BUOYANT "ART OF THE 20TH CENTURY" FAIR
Inaugural events can be problematic, but Sanford Smith's latest fair on the circuit, Art of the 20th Century, looked promising at its Nov. 20, 2002, opening at Park Avenue's Seventh Regiment Armory. A total of 62 dealers weighed in with representatives from London, Paris, Brussels, Munich, Canada and the U.S., of course. The event runs through Sunday, Nov. 24.
Best known for his 17-year-old Modernism fair of furniture and design, which set the gold standard for that specialty, Smith has taken a cue or two in presentation for this event from British show organizers Brian and Anna Haughton, who do the celebrated spring and fall art and antiques shows there. The stand walls have been raised, ceilings of flowingly draped fabric installed, and even the flower arrangements -- masses of amaryllis -- are a direct borrowing from the Haughton's. But then in this city, appearances are everything.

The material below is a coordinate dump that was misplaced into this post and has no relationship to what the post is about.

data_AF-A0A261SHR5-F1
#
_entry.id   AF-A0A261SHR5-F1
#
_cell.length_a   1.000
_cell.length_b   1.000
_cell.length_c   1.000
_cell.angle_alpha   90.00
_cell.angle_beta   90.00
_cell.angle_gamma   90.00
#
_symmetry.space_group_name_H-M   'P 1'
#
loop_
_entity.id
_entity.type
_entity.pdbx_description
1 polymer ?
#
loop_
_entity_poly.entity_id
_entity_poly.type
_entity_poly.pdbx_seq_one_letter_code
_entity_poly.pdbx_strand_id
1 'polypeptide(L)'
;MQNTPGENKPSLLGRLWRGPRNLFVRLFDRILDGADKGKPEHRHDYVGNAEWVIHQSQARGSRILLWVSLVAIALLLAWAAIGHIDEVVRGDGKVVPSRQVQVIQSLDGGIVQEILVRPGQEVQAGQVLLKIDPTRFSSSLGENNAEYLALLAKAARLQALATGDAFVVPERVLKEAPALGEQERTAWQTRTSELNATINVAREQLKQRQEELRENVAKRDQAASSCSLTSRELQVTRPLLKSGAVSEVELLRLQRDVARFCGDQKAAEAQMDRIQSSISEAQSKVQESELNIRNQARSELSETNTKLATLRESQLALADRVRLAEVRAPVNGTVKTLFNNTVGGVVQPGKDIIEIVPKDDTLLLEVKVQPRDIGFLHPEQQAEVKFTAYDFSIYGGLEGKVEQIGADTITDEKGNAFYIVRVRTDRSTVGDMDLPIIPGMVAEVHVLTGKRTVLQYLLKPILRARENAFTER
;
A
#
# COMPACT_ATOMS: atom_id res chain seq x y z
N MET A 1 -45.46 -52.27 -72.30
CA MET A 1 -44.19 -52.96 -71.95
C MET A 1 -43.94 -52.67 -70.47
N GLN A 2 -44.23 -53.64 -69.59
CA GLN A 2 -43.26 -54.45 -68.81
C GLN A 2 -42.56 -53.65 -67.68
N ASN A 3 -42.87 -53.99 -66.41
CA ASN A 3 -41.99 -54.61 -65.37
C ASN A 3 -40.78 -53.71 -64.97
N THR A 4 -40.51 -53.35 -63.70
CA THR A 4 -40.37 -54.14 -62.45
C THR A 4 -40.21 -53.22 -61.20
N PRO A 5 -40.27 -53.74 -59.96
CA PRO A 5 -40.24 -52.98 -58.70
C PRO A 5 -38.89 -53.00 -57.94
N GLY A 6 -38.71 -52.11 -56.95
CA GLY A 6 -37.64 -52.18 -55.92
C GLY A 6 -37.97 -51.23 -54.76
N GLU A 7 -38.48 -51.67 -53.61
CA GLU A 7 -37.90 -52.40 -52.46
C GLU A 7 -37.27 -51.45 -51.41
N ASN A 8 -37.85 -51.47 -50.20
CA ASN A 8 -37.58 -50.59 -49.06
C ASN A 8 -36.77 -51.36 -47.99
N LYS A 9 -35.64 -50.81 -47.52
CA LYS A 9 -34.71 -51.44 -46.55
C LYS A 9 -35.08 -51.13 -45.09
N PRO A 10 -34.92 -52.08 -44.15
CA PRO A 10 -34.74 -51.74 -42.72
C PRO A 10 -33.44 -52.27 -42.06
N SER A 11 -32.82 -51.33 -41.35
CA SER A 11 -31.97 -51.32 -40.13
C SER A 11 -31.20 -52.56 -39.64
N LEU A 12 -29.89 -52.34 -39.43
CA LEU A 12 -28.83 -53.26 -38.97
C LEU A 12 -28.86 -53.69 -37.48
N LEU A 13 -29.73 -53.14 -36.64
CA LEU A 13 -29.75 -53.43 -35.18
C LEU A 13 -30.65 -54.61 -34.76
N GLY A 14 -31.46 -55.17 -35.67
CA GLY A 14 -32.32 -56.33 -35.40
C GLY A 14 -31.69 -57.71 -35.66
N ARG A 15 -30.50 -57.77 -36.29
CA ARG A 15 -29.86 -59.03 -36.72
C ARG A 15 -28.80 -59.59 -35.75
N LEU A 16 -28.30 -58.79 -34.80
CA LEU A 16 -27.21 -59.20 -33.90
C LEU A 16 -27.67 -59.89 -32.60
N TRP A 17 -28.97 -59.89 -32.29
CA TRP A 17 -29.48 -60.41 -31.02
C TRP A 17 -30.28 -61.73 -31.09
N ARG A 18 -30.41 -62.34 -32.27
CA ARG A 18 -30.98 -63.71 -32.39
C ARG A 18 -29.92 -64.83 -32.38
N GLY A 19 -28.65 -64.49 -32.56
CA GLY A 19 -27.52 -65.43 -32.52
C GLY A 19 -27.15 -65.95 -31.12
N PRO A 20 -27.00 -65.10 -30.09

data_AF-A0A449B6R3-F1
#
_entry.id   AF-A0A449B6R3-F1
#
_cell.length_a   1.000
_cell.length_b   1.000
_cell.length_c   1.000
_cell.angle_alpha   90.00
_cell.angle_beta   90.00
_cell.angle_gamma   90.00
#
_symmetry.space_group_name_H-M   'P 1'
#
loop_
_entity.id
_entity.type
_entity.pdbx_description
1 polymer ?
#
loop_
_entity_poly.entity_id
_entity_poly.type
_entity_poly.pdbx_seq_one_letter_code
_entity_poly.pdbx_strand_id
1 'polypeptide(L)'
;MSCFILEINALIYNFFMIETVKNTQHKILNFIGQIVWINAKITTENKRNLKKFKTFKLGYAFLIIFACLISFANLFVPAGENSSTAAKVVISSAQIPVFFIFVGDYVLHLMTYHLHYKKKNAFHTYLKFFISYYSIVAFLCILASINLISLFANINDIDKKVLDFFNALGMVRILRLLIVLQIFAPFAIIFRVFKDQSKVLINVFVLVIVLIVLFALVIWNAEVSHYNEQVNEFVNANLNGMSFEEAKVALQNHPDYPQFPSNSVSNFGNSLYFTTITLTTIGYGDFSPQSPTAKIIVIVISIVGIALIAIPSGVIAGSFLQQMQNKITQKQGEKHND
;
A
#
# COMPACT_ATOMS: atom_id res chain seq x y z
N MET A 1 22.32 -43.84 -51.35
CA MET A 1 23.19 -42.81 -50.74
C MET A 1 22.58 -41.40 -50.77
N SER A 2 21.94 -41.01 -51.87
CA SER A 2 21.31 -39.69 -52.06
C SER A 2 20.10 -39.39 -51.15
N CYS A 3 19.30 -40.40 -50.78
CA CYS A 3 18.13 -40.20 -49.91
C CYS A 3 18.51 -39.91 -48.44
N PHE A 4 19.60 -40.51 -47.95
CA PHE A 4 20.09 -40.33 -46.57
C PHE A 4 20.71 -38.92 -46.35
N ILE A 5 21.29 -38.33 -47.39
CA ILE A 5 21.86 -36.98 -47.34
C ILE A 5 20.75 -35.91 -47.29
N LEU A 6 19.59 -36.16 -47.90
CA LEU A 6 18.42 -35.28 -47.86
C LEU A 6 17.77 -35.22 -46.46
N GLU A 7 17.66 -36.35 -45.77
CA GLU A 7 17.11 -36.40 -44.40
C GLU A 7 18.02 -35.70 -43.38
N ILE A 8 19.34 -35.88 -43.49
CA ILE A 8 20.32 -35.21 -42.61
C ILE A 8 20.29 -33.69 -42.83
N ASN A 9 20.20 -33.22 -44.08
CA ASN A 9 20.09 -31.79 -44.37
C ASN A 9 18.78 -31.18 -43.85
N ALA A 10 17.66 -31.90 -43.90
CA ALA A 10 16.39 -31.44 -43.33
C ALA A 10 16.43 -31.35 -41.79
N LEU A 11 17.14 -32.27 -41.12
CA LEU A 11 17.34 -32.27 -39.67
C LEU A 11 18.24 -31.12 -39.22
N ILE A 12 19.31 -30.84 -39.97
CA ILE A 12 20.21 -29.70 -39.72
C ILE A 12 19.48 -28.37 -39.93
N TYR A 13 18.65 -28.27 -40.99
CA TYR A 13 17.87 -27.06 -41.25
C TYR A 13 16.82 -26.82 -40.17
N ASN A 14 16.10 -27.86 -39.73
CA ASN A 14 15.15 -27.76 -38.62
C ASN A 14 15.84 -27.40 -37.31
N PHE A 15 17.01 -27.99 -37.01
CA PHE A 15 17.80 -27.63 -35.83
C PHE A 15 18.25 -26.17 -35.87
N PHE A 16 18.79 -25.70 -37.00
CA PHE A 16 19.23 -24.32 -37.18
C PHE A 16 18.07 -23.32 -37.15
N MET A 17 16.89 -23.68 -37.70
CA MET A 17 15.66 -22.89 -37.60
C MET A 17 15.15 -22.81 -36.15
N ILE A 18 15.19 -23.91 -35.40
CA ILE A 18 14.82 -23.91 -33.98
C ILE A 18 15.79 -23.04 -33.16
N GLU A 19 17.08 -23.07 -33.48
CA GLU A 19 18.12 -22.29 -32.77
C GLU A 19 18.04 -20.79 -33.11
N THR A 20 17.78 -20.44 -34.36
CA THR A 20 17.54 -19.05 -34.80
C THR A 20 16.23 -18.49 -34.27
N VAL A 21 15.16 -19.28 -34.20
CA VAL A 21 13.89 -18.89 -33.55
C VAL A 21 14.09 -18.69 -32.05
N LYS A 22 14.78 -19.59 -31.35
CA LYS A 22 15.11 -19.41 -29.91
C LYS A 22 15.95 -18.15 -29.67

On opening night, this fair demonstrated drawing power. Major league museum directors like Arnold Lehman of the Brooklyn Museum of Art and Holly Hotchner of the Museum of Contemporary Arts and Design (nee American Craft Museum) were prowling the aisles. Architect I.M. Pei, arts patron Kitty Carlisle and Christie's Impressionist and modern specialist Nick Maclean also took in the event. By the following day, comedian Steve Martin and Whoopi Goldberg were spotted cruising the fair.
Celebrities aside, there are blue chip paintings on the floor and the "best stand award has" to go to Robert Landau of Montreal with a great late Picasso, a classic Calder stabile and a raft of Jawlensky portraits in piercing colors. Then James Goodman of New York is a close a runner-up. He's got a vibrant Raoul Dufy of flags from 1906 and a neoclassical Picasso La Communiante from 1919. The Paris Galerie Fabien Boulakia is boasting a small Renoir portrait and a Kees van Dongen ballerina.
Generally, figurative art predominates at this fair but London's Adam Gallery is touting a serene Ben Nicholson, one of his paper reliefs from 1962. The price? A reasonable $60,000 or considerably less than the new Mercedes SUV. With art like that, this fair is bound to have staying power.
-- Brook S. Mason
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